03242017Headline:

Tampa, Florida

HomeFloridaTampa

Email Tom Young Tom Young on LinkedIn Tom Young on Twitter Tom Young on Facebook Tom Young on Avvo
Tom Young
Tom Young
Attorney • (813) 251-9706

BP Business Economic Loss Claim Appeal 2016-1968: Grant Revenue Not Excluded As Income for For-Profit Biotech Company

0 comments
The following is an Appeal Panel Decision issued pursuant to Section 6 of the BP Deepwater Horizon Economic & Property Damages Settlement Agreement and the Rules Governing the BP Appeals Process. Links may have been added to assist the reader. The original decision may be found here, as well as a glossary of BP Settlement terms.

Claimant describes itself as a for-profit biotechnology company developing vaccines and other biological products to address market and public health needs. At all times pertinent hereto, Claimant was located in Birmingham, Alabama (Zone D) and filed this BEL Claim. The Claims Administrator (CA) excluded nearly all of Claimant’s revenue and determined that Claimant did not met the requirements of Exhibit 4B of the Settlement Agreement. Claimant appeals.
Based upon the nature of the services Claimant performs, the vast majority of Claimant’s pertinent annual revenues came from grants. Grant revenue totaled about $2.5 million in 2007, $900,000 in 2008, $1.9 million in 2009 and $500,000 in 2010.  In denying the Claim and excluding the grant revenue, the CA relied on Policy 328 v. 2 which states:
“The Claims Administrator interprets the Settlement Agreement
such that the following items shall not typically be treated as
‘revenue’ for purposes of the various calculations to be performed
under the terms of the Settlement Agreement with regard to entities
asserting BEL claims: (a) insurance proceeds, (b) interest income,
(c) gains or losses from sales of assets, (d) reimbursed expenses, (e)
capital assessments, (f) intercompany sales, (g) related party
transactions that are not arm’s length transactions, and (h) grants for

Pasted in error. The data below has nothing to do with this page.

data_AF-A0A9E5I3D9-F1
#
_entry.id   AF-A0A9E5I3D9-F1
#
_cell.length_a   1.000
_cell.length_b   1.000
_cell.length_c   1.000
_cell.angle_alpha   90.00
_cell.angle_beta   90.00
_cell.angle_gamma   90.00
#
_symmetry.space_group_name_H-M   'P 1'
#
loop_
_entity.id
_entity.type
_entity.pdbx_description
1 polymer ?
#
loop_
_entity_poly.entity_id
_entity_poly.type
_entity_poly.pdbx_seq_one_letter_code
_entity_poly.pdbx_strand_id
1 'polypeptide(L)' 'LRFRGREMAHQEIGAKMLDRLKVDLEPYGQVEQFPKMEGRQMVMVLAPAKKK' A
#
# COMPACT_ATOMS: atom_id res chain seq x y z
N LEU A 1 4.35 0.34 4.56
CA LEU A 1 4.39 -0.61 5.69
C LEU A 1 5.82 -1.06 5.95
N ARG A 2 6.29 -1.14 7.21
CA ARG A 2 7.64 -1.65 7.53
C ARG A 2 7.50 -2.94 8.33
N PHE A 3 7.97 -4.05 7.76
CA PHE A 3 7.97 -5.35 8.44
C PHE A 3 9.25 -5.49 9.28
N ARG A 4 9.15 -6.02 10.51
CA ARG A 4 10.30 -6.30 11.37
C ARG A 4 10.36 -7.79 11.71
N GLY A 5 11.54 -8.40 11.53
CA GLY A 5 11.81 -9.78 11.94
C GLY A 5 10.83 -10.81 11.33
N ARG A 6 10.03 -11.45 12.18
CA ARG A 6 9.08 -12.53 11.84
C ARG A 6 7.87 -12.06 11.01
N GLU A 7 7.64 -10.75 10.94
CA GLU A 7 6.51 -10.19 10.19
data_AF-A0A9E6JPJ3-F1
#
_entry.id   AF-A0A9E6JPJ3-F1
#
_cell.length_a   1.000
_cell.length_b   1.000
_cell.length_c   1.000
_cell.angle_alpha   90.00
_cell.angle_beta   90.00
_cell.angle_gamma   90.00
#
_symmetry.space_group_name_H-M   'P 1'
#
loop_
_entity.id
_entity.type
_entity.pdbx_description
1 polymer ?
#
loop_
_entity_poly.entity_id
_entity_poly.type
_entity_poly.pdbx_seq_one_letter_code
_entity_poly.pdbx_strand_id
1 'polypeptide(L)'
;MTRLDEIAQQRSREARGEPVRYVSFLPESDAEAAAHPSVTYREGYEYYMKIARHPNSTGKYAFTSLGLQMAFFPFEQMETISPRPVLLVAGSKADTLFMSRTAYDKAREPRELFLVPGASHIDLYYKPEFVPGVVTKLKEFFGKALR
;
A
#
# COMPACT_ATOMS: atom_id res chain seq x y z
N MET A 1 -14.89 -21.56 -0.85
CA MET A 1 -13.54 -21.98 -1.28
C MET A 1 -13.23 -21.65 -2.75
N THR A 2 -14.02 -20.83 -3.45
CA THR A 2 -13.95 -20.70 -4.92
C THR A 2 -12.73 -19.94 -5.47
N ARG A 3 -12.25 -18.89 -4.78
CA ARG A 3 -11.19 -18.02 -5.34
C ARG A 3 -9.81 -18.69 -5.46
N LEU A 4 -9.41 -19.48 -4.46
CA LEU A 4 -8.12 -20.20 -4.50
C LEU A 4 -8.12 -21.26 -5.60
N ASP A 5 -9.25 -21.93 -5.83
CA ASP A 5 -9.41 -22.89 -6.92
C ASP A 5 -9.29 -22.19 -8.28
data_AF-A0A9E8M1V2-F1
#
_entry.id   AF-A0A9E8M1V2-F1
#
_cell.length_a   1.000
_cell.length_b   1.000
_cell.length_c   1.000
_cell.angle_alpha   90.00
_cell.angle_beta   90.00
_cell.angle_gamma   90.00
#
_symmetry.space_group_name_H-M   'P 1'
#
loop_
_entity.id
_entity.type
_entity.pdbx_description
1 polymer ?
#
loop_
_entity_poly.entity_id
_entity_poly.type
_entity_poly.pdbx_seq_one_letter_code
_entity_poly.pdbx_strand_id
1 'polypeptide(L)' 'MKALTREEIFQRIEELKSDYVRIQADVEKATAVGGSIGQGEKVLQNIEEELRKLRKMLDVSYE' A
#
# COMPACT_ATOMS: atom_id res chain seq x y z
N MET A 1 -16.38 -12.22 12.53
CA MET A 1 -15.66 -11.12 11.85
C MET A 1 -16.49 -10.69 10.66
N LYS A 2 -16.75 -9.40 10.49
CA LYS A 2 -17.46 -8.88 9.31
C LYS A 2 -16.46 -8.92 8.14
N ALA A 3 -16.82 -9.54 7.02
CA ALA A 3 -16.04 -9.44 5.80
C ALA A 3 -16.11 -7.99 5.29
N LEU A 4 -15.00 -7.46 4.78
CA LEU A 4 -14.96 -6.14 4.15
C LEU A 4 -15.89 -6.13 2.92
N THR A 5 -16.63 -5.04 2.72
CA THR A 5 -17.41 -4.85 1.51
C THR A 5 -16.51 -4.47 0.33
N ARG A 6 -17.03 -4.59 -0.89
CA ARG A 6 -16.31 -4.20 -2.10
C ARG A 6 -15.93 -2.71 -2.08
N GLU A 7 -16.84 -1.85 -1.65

‘for-profit’ entities.
The foregoing is not an exhaustive list. The Claims Administrator in his discretion may require that the claimant provide further explanation and/or additional documentation underlying the monthly revenue and related expense amounts in question. In arriving at this conclusion, the Claims Administrator has in part relied upon the fact that these items are not typically earned as revenue under the normal course of operations in an arm’s length transaction.
This revised version of Policy 328 does not represent a change in policy. Rather, the additional language in this revised version of Policy 328 is intended to further illustrate how the Claims Administrator is already evaluating these issues. The Claims Administrator does not consider the following to be in nature of “grants,” and thus
does typically consider these to be ‘revenue’ for purposes of BEL claims: (a) government crop subsidies, and (b) payments under the CDSOA program.”
It is noted that the CA treats not-for profit entities differently than for-profit entities when it comes to grant revenues. The pertinent part of Policy 307 v. 2 provides:
“The Claims Administrator shall apply the Settlement as follows
with respect to business economic claims of non-profit entities:
(a) Income received by non-profit entities in the form of grant
monies or contributions shall typically be treated as revenue for
that entity for purposes of the various required calculations under
the terms of the Settlement Agreement.”
Finally, Policy 373 v. 2 addresses Recurring Revenue Streams and provides:
“All recurring revenue streams that are deemed to be within the
businesses’ normal course of operations should be included in the
analysis. For example, a restaurant that generates income from food
service and also generates rental income by renting an apartment
attached to the building.”.
Policy 328 v. 2 talks about items not “typically” treated as revenue because the items are not “typically earned as revenue under the normal course of operation in an arm’s length transaction”. Policy 328 v. 2 makes exceptions for government crop subsidies and CDSOA payments (See Footnote 2 of Policy 328 v. 2 above). Further, Policy 328 v. 2 does not state that grants to for-profit entities can never be treated as revenue. If that were the case, the use of the term “typically” would not be necessary.
Like crop subsidies and CDSOA payments, there can be rare instances where grant revenue to a for-profit entity can be “typically” earned as revenue. Here, Claimant earns the grant revenue by developing vaccines and other products to address market and public health needs. Further, Claimant reports the grants as income on its federal tax returns.
After de novo of the record in this matter and the aforementioned CA’s policies, this panelist finds that the CA erred in excluding grant revenue in the calculation of this Claim.  Accordingly, this matter is remanded to the CA to include the grant revenue and calculate what, if any, award Claimant is entitled to.

Leave a Comment

Have an opinion? Please leave a comment using the box below.

For information on acceptable commenting practices, please visit Lifehacker's guide to weblog comments. Comments containing spam or profanity will be filtered or deleted.